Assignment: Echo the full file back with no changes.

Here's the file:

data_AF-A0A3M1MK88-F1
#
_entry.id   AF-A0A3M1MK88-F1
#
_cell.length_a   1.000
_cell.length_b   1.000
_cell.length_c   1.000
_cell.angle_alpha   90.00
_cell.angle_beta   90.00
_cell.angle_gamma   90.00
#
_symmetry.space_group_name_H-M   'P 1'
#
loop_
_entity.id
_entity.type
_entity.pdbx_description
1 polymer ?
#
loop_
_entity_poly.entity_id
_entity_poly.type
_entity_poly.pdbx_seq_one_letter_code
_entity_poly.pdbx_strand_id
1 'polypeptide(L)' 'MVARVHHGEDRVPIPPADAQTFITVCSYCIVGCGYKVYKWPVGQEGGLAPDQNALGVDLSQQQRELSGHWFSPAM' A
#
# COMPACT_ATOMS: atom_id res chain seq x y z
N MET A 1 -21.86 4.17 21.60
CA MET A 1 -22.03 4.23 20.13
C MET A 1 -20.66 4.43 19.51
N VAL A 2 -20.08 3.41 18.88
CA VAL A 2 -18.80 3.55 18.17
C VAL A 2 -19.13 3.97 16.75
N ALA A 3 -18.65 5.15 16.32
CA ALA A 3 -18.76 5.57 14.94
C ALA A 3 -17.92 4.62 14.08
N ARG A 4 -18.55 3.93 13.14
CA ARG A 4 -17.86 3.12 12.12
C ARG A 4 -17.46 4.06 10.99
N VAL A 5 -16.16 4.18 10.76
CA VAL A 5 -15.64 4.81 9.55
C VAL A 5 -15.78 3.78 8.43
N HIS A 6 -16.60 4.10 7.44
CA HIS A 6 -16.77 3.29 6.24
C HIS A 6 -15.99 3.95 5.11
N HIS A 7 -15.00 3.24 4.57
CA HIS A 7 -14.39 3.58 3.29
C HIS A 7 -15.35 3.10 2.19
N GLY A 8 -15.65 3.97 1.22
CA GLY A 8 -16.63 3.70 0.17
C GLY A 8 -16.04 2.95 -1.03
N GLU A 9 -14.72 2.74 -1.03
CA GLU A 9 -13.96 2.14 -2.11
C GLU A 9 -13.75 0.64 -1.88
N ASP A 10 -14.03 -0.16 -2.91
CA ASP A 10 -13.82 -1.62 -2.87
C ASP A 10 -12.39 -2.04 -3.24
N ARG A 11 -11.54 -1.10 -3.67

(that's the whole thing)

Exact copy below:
data_AF-A0A3M1MK88-F1
#
_entry.id   AF-A0A3M1MK88-F1
#
_cell.length_a   1.000
_cell.length_b   1.000
_cell.length_c   1.000
_cell.angle_alpha   90.00
_cell.angle_beta   90.00
_cell.angle_gamma   90.00
#
_symmetry.space_group_name_H-M   'P 1'
#
loop_
_entity.id
_entity.type
_entity.pdbx_description
1 polymer ?
#
loop_
_entity_poly.entity_id
_entity_poly.type
_entity_poly.pdbx_seq_one_letter_code
_entity_poly.pdbx_strand_id
1 'polypeptide(L)' 'MVARVHHGEDRVPIPPADAQTFITVCSYCIVGCGYKVYKWPVGQEGGLAPDQNALGVDLSQQQRELSGHWFSPAM' A
#
# COMPACT_ATOMS: atom_id res chain seq x y z
N MET A 1 -21.86 4.17 21.60
CA MET A 1 -22.03 4.23 20.13
C MET A 1 -20.66 4.43 19.51
N VAL A 2 -20.08 3.41 18.88
CA VAL A 2 -18.80 3.55 18.17
C VAL A 2 -19.13 3.97 16.75
N ALA A 3 -18.65 5.15 16.32
CA ALA A 3 -18.76 5.57 14.94
C ALA A 3 -17.92 4.62 14.08
N ARG A 4 -18.55 3.93 13.14
CA ARG A 4 -17.86 3.12 12.12
C ARG A 4 -17.46 4.06 10.99
N VAL A 5 -16.16 4.18 10.76
CA VAL A 5 -15.64 4.81 9.55
C VAL A 5 -15.78 3.78 8.43
N HIS A 6 -16.60 4.10 7.44
CA HIS A 6 -16.77 3.29 6.24
C HIS A 6 -15.99 3.95 5.11
N HIS A 7 -15.00 3.24 4.57
CA HIS A 7 -14.39 3.58 3.29
C HIS A 7 -15.35 3.10 2.19
N GLY A 8 -15.65 3.97 1.22
CA GLY A 8 -16.63 3.70 0.17
C GLY A 8 -16.04 2.95 -1.03
N GLU A 9 -14.72 2.74 -1.03
CA GLU A 9 -13.96 2.14 -2.11
C GLU A 9 -13.75 0.64 -1.88
N ASP A 10 -14.03 -0.16 -2.91
CA ASP A 10 -13.82 -1.62 -2.87
C ASP A 10 -12.39 -2.04 -3.24
N ARG A 11 -11.54 -1.10 -3.67